JpGU-AGU Joint Meeting 2017

Presentation information

[EE] Poster

B (Biogeosciences) » B-PT Paleontology

[B-PT03] [EE] Biomineralization and the Geochemistry of Proxies -Field ecology, Laboratory culture and Paleo

Sat. May 20, 2017 10:45 AM - 12:15 PM Poster Hall (International Exhibition Hall HALL7)

convener:Takashi Toyofuku(Japan Agency for Marine-Earth Science and Technology (JAMSTEC)), Hiroshi Kitazato(University Reform Office, Tokyo University of Marine Science and Technology (TUMSAT)), Jelle Bijma(Alfred-Wegener-Institut Helmholtz-Zentrum f?r Polar- und Meeresforschung)

[BPT03-P09] Temporal size change of the middle Miocene planktonic foraminiferal species Paragloborotalia siakensis (LeRoy)

*Suzuki Takuma1, Hiroki Hayashi1, Osamu Sasaki2 (1.Interdisciplinary Graduate School of Science and Engineering, Shimane University , 2.Tohoku University Museum)

Keywords:planktonic foraminifera, temporal size distribution, global correlation , Miocene, IODP

The extinction of Miocene planktonic foraminiferal species Paragloborotalia siakensis (LeRoy) defines the uppermost boundary of planktonic foraminiferal Zone N.14 (Blow, 1969). Many workers have examined the taxonomy of the morphospecies, however it has still been controversy. Bolli and Saunders (1982) proposed that Globorotalia siakensis (= P. siakensis of this study) should be a junior synonym for Groborotalia mayeri Cushman. The geologic time scale of Berggren et al. (1995) is also based on this taxonomic criterion, and the extinction of “Neogloboquadrina mayeri” was used for his zonal boundary. Zachariasse and Sudijono (2012) conducted morphological analyses using a scanning electron microscope (SEM) for P. siakensis collected near the type locality. They also examined holotypes of both species and concluded that P. siakensis could be distinguished from G. mayeri by its suture and surface structure. Okada and Hayashi (2013) carried out taxonomical examinations for P. siakensis obtained from IODP Site U1338 in the eastern equatorial Pacific, which is located in the central part of the distribution area. Through their SEM analysis, most specimens could be correlated with the holotype of P. siakensis with few exceptions. In addition, their diagrams of morphological analyses indicate that holotypes of P. siakensis and G. mayeri should be contained within the same morphological space of the specimens from Site U1338. They also reported the size distribution pattern of P. saikensis from approximately 15 to 11 Ma and pointed out that the size distribution pattern would have a good potential for global correlation and needs more study. The purpose of this study is to refine the temporal size distribution of P. siakensis and to establish global correlation based on the size distribution pattern of the species.
We conducted size measuring of this species at Site U1338 from approximately 16 to 11 Ma. At the same time, we performed X-ray microcomputed tomography (XMCT) analyses and thin section observations at selected horizons. Seventy-five samples at an interval of approximately 0.05 Ma from the site were used for this study. These samples had been already examined for planktonic foraminiferal assemblage (Hayashi et al. 2012). Then, total 6895 specimens of P. siakensis were measured in maximum diameter. The size distribution was discussed with respect to previous geochemical and paleontological data. In the next step, we are examining the size distribution at the Site U1337 near the Site U1338. And some three-dimensional images of specimens collected from characteristic horizons were acquired by XMCT. The CT images enable us to visualize the inner structure such as the form of chambers, ontogenetic growth pattern, and density distribution in each test. Based on CT images, we can estimate the three-dimensional morphologic comparison, degree of maturation and obesity of each test. For mineralogical approaches, thin sections of foraminiferal tests were observed by a polarization microscope.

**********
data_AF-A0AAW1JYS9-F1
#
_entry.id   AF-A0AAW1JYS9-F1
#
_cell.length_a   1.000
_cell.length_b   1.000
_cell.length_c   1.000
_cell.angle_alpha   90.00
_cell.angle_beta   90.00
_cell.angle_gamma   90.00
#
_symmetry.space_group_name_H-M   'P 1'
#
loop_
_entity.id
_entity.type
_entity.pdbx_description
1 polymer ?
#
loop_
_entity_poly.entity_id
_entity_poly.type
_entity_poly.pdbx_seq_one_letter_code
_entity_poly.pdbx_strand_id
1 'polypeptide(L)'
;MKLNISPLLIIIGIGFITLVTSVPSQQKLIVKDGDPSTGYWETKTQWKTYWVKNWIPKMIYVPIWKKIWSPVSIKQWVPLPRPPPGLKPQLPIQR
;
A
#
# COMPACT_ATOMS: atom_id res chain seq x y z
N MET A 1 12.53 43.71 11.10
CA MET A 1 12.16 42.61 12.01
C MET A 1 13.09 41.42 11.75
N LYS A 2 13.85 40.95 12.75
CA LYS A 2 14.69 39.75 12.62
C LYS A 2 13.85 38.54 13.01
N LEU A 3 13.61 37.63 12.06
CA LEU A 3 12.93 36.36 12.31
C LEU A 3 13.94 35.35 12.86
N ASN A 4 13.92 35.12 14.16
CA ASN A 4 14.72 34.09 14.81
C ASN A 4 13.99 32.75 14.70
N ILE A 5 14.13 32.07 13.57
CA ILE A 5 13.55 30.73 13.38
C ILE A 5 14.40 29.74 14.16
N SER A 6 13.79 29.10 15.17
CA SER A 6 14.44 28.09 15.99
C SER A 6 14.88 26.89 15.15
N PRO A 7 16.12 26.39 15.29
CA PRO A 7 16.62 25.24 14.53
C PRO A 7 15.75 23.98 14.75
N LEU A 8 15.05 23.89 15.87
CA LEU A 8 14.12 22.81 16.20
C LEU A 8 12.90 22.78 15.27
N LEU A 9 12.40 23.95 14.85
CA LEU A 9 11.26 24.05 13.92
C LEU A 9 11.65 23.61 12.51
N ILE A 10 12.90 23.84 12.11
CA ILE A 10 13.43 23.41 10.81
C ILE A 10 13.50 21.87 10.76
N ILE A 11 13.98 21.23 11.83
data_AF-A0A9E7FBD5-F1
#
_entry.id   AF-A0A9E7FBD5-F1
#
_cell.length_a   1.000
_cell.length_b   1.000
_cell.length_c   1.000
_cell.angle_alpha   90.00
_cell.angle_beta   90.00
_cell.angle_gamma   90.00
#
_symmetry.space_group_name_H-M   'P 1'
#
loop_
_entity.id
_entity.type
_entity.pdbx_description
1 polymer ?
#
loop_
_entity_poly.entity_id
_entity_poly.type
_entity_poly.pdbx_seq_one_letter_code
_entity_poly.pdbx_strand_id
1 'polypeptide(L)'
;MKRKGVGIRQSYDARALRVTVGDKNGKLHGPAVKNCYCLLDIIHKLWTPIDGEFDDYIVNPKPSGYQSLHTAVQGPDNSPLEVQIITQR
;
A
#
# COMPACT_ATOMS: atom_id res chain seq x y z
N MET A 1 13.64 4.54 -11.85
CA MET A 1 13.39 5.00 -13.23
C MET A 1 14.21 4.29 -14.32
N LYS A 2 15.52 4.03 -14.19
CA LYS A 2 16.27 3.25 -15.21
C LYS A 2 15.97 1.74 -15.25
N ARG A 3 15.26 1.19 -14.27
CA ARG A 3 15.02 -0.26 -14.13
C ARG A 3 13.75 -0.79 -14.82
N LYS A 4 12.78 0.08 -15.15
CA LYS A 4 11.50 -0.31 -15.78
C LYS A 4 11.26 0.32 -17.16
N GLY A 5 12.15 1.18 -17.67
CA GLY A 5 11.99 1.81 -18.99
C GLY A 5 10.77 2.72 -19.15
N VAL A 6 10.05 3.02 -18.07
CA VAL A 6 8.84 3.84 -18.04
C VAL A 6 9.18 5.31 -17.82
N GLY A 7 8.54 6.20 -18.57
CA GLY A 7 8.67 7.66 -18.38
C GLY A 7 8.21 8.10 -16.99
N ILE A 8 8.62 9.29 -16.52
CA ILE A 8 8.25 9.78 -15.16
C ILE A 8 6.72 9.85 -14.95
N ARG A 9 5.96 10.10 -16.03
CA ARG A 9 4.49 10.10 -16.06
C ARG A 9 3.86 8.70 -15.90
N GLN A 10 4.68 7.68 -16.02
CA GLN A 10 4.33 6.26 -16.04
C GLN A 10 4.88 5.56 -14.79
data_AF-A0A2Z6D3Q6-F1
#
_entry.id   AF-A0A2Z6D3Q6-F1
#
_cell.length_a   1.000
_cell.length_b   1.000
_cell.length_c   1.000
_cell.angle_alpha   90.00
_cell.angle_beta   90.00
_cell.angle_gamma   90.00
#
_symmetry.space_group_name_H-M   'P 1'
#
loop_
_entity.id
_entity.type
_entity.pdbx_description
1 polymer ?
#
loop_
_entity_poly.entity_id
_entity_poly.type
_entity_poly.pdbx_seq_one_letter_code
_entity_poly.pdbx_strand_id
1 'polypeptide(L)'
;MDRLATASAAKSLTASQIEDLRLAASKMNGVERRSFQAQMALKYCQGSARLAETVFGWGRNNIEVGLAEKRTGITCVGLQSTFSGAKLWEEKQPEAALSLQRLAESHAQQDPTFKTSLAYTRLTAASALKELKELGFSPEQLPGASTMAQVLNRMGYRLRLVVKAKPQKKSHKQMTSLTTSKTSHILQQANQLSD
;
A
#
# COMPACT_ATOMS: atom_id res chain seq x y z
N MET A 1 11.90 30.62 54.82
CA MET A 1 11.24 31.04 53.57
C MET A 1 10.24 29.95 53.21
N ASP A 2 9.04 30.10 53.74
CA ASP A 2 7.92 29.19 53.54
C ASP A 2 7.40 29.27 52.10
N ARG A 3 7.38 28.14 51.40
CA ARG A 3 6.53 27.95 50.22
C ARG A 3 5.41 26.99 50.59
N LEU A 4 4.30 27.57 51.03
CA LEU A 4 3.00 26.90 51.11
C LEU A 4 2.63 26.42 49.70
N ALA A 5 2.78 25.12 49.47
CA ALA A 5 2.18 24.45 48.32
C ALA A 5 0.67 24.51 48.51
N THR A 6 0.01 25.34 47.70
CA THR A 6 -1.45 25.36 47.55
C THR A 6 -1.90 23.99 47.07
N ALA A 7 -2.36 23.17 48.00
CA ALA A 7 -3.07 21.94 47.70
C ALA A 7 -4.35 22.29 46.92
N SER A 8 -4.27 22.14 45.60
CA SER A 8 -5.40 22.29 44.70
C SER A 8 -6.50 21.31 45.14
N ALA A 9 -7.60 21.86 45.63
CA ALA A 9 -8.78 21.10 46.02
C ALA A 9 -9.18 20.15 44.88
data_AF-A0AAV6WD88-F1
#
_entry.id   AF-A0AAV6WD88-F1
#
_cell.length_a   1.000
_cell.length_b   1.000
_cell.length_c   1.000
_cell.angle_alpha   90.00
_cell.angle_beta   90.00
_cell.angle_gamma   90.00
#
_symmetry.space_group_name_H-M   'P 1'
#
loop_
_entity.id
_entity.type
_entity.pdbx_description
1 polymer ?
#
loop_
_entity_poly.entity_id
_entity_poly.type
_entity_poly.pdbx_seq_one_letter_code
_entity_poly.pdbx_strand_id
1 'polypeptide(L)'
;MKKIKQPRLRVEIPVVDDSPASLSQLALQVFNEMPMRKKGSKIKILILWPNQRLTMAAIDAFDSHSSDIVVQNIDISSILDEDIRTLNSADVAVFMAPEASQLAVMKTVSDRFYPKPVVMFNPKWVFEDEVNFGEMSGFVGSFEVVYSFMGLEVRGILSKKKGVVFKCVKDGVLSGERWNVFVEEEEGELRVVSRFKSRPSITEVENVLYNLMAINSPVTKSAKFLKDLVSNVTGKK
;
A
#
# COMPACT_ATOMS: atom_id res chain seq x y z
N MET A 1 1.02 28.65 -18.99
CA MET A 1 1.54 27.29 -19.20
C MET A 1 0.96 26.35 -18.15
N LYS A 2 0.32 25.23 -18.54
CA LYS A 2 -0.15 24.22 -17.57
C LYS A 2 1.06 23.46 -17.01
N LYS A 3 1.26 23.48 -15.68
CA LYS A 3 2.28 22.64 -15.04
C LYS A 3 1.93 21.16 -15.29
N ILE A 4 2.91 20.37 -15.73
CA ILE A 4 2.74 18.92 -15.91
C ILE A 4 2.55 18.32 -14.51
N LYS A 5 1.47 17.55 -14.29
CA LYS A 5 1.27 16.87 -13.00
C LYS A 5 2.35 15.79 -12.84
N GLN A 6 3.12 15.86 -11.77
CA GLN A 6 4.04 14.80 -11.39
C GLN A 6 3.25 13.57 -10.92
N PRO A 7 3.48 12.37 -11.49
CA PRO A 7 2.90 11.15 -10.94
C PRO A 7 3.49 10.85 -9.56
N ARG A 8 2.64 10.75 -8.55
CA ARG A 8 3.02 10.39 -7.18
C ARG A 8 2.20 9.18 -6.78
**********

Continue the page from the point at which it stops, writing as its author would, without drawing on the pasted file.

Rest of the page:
In a result, we detected twice giantisms and twice dwarfings in the size distribution pattern. The cycle of size change was approximately 2 Ma. One of the dwarfing events could be correlated with Mi3 event (Miller et al., 1991). Therefore, this dwarfing event could be caused by cooling of sea surface water. According to 3D profiles of foraminiferal chambers, tests of relatively small specimens were composed of both high and low CT value layers. In contrast, the larger tests were generally composed of a pair of low CT value layers. Considering previous CT studies, we assume that the difference in the inner layers might reflect the growth the rate for each individual: pair of low CT value layers might mean relatively rapid growth rate.